It is true that the statutory revisor in 1953 made certain changes in the punctuation of this particular section of the statute. More specifically, the statutory revisor deleted three semicolons and one comma from the statute as it theretofore appeared in '35 C.S.A., Chapter 33, Section 59, and in lieu thereof placed four periods. See C.R.S. '53, 22-8-7. But, it is difficult to believe that by certain minor changes in punctuation it was intended to so materially alter and very drastically change the meaning of the statute as to vest the district court with a power which it had not theretofore possessed. Suffice it to say, we simply do not believe that there was any such legislative intent.
Furthermore, in 1953 when the statutory revisor made these punctuational changes and such were then enacted into law by the General Assembly, there could not have been any legislative intent to vest the respondent court, or the "old" county court for that matter, with the discretionary power which it now seeks to exercise. This is so, because in 1953 under the judicial system as it then existed the statute was necessarily only concerned with the "transfer" of cases from the justice court and the police magistrate's court to the county court. The county court, as of 1953, had no jurisdiction, original or otherwise, to entertain a murder charge, or any felony charge. Hence, it could never be confronted with the situation before the respondent court, namely a murder charge against a fourteen year old child. Therefore, the 1953 General Assembly could not
Minor and indirect reliance is also made by the respondents upon C.R.S. 1963, 22-8-1 (2) and (3) (a). Without setting forth verbatim those particular sections of that statute, it is deemed sufficient to state that in our view neither contains any language which could in anywise warrant the action taken by the respondent court.
Without belaboring, then, that which to us, at least, seems rather obvious, the statutes here under consideration simply do not in any manner vest the respondent court with the discretionary power to dismiss a criminal information charging a fourteen year old with murder and then direct the district attorney to institute juvenile delinquency proceedings against the same fourteen year old. In our view, by no stretch of the imagination can any of the several statutes above cited be said to have either expressly or impliedly vested the respondent court with the power to do that which it purported to do. This, then, being the case, the respondent court, though it had jurisdiction of both the parties and the subject matter, nevertheless did exceed its jurisdiction, and greatly so, when it purported to render a judgment in which it transcended any power conferred on it by law. In so doing, it most certainly "acted without jurisdiction." United States National Bank of Denver v. Bartges, 120 Colo. 317, 210 P.2d 600.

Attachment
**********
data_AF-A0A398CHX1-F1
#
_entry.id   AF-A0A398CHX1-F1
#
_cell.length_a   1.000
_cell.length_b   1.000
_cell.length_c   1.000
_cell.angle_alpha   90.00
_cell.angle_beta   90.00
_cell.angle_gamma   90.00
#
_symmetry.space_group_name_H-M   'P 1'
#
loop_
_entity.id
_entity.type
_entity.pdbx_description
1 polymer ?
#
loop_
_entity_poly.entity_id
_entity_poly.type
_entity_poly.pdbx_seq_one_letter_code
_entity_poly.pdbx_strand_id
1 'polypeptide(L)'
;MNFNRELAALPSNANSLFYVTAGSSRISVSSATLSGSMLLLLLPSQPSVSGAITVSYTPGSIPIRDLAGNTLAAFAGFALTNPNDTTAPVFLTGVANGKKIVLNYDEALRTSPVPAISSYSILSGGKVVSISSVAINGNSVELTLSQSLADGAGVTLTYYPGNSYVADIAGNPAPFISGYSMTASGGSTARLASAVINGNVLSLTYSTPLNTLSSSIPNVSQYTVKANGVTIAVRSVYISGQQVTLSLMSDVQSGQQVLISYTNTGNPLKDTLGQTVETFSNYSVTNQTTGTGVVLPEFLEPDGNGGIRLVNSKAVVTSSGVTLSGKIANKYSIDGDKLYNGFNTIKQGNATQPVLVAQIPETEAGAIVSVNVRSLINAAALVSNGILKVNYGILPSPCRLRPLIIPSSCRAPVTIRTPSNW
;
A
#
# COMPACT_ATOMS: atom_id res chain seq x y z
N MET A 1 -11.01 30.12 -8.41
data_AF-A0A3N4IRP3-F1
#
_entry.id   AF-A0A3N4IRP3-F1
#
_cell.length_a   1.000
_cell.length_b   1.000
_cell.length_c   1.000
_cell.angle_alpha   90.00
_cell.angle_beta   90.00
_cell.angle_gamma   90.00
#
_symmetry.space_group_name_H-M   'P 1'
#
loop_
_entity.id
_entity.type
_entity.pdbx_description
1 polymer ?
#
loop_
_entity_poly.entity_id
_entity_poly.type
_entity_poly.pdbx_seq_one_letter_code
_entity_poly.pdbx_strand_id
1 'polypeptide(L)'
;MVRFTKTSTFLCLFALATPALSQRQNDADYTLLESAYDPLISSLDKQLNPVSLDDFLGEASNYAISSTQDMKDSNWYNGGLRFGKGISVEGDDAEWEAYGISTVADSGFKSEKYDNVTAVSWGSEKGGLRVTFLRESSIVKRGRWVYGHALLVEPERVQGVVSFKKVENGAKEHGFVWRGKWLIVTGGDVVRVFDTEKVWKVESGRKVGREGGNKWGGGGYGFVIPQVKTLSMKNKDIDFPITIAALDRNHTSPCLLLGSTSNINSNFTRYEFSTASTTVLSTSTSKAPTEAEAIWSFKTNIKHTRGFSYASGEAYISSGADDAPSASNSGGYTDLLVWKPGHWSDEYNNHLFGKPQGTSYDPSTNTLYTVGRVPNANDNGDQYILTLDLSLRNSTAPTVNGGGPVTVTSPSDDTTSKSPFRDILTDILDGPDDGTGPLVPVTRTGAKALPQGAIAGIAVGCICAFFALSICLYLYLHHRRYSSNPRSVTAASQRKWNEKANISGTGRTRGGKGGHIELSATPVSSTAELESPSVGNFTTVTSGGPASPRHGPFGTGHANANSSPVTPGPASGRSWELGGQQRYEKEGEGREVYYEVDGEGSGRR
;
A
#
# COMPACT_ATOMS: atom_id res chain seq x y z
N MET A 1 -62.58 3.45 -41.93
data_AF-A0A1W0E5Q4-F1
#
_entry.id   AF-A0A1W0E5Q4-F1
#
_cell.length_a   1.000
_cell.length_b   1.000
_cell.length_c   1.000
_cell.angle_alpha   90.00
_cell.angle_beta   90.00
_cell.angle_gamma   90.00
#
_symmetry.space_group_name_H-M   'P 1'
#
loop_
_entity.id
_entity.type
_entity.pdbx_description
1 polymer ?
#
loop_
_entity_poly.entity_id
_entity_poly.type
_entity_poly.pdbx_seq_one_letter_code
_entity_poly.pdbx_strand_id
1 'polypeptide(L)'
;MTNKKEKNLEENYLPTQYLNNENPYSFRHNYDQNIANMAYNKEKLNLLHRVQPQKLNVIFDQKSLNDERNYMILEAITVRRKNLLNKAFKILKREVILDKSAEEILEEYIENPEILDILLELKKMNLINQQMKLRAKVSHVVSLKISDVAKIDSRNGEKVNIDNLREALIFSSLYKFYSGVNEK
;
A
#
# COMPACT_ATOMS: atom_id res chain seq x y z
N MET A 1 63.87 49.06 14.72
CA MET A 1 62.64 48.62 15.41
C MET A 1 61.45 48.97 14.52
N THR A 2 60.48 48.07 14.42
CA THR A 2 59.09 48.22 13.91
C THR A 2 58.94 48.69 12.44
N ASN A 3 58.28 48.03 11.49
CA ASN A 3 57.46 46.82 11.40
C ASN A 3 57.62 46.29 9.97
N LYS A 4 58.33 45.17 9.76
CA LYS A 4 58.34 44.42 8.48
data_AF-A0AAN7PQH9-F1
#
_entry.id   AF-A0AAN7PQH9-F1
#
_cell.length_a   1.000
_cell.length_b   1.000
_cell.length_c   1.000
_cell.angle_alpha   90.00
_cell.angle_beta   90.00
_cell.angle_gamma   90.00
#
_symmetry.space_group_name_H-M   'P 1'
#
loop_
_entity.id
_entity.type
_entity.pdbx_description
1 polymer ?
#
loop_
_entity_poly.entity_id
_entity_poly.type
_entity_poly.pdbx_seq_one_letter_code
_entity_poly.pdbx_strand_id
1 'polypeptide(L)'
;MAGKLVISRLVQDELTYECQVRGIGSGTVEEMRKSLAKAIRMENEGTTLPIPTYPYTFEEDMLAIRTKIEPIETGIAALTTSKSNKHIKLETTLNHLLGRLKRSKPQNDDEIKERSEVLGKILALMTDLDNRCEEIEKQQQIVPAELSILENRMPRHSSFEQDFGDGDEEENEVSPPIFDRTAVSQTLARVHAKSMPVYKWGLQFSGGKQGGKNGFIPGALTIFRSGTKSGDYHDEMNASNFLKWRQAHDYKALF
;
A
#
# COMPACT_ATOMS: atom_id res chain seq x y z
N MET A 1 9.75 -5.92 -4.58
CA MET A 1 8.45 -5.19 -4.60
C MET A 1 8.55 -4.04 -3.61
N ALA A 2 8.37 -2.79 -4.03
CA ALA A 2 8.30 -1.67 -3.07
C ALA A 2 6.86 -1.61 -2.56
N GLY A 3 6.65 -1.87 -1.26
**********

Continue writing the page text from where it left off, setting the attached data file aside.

It may perhaps be argued that the law on this subject should be changed to the end that the respondent court should be vested with the discretionary power which it sought to exercise. But that is a matter which, of course, should be addressed to the legislative branch of our state government, and not to the judiciary. Should the General Assembly decide to change the law in this particular, no doubt it would do so in clarion language which can be quickly and easily understood by all concerned. In the meantime, however, we must apply the law as we find it. And, in construing statutes courts should ascertain and give effect to the intention of the legislature as such is expressed in the statute itself and, conversely, courts should not interpret a law to mean that which it does not express. Christner v. Poudre Valley Cooperative Association, 9 Cir., 235 F.2d 946, and Mc-Nulty v. Kelly, 141 Colo. 23, 346 P.2d 585.
The rule heretofore issued is now made absolute and the respondents are directed to vacate the order dismissing the criminal information charging Lange with murder in the first degree and ordering the district attorney to initiate juvenile delinquency proceedings. The respondents are further ordered to reinstate the aforementioned information which charges Lange with murder in the first degree.
SUTTON, C. J., and DAY and PRINGLE, JJ., dissent.
SUTTON, Chief Justice (dissenting).
I must dissent from the result obtained as well as the views of the majority in this proceeding. In other words, I would discharge the rule.
The entire controversy here hinges on whether the district court, acting as a statutory juvenile court, has authority to order the dismissal of first degree murder charges against Charles Brett Lange, a fourteen year old boy accused of murdering Paula Sue Steinbach on June 3, 1966, and to order the district attorney to file on Lange as a juvenile delinquent.